Foundations

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Foundations

  1. 1. Infant/Toddler Learning & Development Foundations Introduction to EDUU 326: Infant/Toddler Care and Education
  2. 2. California Infant/Toddler Websites <ul><li>California Infant/Toddler Learning and Development Foundations Website - http://www.cde.ca.gov/sp/cd/re/itfoundations.asp </li></ul><ul><li>California Infant/Toddler Learning and Development Foundations Website Introduction - http://www.cde.ca.gov/sp/cd/re/itf09intro.asp </li></ul><ul><li>California Infant/Toddler Learning and Development Foundations pdf - http://www.cde.ca.gov/sp/cd/re/documents/itfoundations2009.pdf </li></ul><ul><li>Summary - http://www.cde.ca.gov/sp/cd/re/itf09appendix.asp </li></ul>
  3. 3. Foundations: Guiding Principles <ul><li>Family, culture, and language play a central role in early learning and development </li></ul><ul><li>Infancy </li></ul><ul><ul><li>Unique stage of life </li></ul></ul><ul><ul><li>Important in its own right </li></ul></ul><ul><ul><li>Three distinctive age periods </li></ul></ul><ul><ul><ul><li>Birth to 8 months </li></ul></ul></ul><ul><ul><ul><li>8 months to 18 months </li></ul></ul></ul><ul><ul><ul><li>18 months to 36 months </li></ul></ul></ul>
  4. 4. More Guiding Principles <ul><li>Competent yet vulnerable at every stage of development </li></ul><ul><li>Emotions drive early learning </li></ul><ul><li>Learn holistically and not by one developmental domain at a time </li></ul><ul><li>Add competencies to similar competencies </li></ul><ul><li>Combine new knowledge and abilities with existing knowledge and abilities </li></ul>
  5. 5. Overview of the Foundations <ul><li>Social-Emotional Development Domain </li></ul><ul><li>Language Development Domain </li></ul><ul><li>Cognitive Development Domain </li></ul><ul><li>Perceptual and Motor Development Domain </li></ul>
  6. 6. Social-Emotional Development <ul><li>Interactions with Adults </li></ul><ul><li>Relationships with Adults </li></ul><ul><li>Interactions with Peers </li></ul><ul><li>Relationship with Peers </li></ul><ul><li>Identity of Self in Relation to Others </li></ul><ul><li>Recognition of Ability </li></ul><ul><li>Expression of Emotion </li></ul><ul><li>Empathy </li></ul><ul><li>Emotion Regulation </li></ul><ul><li>Impulse Control </li></ul><ul><li>Social Understanding </li></ul>
  7. 7. Social Emotional Competencies I <ul><li>Interactions with Adults: The child’s developing ability to respond to social cues from adults and engage in back-and-forth social exchanges with adults </li></ul><ul><li>Relationships with Adults: The child’s development of close relationships with adults who provide consistent nurturance </li></ul><ul><li>Interactions with Peers: The child’s developing ability to respond to social overtures from peers, engage in back-and-forth interaction with other children, and, ultimately, to engage in cooperative play with other children </li></ul><ul><li>Relationships with Peers: The child’s development of relationships with certain peers through interactions over time </li></ul>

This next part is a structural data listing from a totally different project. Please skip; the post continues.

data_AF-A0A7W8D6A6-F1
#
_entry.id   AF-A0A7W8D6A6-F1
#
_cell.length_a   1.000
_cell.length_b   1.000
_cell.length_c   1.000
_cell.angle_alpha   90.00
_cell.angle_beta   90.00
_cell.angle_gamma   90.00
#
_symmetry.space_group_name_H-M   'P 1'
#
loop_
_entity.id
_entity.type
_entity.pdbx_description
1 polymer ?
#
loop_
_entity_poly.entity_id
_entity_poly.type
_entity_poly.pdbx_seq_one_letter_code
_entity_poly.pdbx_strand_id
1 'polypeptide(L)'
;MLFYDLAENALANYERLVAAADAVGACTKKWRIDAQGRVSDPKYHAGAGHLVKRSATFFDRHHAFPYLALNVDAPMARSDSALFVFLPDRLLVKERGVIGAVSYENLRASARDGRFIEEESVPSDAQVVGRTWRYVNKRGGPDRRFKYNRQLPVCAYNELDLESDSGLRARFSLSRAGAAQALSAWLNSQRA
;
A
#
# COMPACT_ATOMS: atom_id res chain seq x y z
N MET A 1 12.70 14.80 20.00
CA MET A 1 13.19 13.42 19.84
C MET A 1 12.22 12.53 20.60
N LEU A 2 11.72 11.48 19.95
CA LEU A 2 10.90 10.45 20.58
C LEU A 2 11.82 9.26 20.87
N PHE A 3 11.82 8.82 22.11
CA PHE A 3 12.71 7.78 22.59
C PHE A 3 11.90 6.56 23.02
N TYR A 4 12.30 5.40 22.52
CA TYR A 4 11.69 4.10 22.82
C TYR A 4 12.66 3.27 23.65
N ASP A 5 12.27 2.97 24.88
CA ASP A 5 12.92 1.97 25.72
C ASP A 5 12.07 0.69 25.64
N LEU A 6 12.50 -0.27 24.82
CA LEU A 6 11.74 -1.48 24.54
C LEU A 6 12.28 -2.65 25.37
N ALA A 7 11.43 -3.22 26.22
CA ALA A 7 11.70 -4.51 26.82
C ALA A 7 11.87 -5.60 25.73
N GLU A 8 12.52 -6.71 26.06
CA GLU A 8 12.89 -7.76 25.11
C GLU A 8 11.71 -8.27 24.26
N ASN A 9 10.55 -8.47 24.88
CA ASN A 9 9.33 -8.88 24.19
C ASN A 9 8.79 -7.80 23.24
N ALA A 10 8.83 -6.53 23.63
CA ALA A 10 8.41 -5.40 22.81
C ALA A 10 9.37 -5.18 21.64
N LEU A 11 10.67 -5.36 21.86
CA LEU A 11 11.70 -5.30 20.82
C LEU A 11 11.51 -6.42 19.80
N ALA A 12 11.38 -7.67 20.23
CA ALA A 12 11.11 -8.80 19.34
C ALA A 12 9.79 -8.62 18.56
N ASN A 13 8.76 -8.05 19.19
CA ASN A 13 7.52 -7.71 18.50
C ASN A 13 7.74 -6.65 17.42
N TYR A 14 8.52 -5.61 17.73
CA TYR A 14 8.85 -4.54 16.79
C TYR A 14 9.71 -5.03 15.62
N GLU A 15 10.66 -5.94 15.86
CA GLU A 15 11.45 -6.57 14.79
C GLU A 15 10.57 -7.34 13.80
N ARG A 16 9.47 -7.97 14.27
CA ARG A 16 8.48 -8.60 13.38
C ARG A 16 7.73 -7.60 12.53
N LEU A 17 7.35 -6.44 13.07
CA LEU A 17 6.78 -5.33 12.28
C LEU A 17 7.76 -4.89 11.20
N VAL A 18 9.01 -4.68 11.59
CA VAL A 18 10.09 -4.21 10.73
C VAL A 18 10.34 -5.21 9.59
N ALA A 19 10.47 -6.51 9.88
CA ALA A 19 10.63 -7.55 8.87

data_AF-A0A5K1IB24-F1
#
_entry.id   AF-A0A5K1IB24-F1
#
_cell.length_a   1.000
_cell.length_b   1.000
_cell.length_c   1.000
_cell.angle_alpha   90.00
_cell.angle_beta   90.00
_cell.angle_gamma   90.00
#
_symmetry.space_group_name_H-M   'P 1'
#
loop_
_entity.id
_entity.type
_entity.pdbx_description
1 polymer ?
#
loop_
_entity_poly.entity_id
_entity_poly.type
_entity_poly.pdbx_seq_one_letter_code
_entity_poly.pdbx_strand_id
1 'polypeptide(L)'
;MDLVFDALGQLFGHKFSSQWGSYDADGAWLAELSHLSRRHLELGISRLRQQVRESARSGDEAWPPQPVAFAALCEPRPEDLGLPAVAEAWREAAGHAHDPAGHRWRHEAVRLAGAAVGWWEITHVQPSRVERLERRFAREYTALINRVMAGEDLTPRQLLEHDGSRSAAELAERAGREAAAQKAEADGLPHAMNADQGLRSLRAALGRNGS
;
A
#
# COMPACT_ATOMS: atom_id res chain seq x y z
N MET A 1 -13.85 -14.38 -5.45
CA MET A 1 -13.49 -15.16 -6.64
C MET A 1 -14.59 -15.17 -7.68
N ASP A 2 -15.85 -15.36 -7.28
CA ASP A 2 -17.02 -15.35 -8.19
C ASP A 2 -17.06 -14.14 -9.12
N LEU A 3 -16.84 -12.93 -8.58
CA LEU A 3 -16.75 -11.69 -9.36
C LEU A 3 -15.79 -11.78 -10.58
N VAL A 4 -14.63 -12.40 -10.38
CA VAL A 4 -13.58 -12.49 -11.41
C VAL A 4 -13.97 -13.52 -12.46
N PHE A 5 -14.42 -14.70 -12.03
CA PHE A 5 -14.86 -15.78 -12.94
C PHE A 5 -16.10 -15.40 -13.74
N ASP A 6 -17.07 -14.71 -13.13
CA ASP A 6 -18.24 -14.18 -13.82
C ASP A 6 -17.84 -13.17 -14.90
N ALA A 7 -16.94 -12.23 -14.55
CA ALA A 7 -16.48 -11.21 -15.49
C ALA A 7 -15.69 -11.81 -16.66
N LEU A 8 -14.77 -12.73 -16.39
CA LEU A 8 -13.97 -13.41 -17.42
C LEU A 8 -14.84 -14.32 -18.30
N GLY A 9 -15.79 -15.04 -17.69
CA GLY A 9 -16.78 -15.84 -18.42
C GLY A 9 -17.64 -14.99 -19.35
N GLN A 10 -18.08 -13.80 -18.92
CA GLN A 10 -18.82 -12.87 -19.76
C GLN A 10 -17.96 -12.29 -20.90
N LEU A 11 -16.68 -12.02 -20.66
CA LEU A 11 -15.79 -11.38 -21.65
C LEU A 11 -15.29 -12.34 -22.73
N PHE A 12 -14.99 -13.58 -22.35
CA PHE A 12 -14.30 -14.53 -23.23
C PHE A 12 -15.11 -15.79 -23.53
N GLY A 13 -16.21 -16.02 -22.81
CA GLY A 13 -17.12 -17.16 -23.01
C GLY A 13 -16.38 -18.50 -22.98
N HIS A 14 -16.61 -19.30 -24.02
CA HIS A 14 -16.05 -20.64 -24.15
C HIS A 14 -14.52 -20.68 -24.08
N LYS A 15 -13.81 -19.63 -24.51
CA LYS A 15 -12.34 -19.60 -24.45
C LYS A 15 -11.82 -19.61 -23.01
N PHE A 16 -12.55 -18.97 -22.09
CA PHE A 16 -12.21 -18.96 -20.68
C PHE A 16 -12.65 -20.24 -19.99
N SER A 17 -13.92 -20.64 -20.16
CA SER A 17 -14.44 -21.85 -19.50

8. 8. Social Emotional Competencies II <ul><li>Identity of Self in Relation to Others: The child’s developing concept of self as an individual who operates within social relationships </li></ul><ul><li>Recognition of Ability: The child’s developing understanding of the ability to take action to influence the immediate social and physical environments </li></ul><ul><li>Expression of Emotion: The child’s developing ability to communicate various emotions through facial expressions, movements, gestures, sounds, or words </li></ul><ul><li>Empathy: The child’s developing ability to share in the emotional experiences of others </li></ul>
  9. 9. Social Emotional Competencies III <ul><li>Emotion Regulation: The child’s developing ability to manage or regulate emotional responses with and without assistance from adults </li></ul><ul><li>Impulse Control: The child’s developing capacity to wait for needs to be met, to inhibit behavior, and to act according to social expectations, including safety rules </li></ul><ul><li>Social Understanding: The child’s developing understanding of the responses, communication, emotional expressions, and actions of other people </li></ul>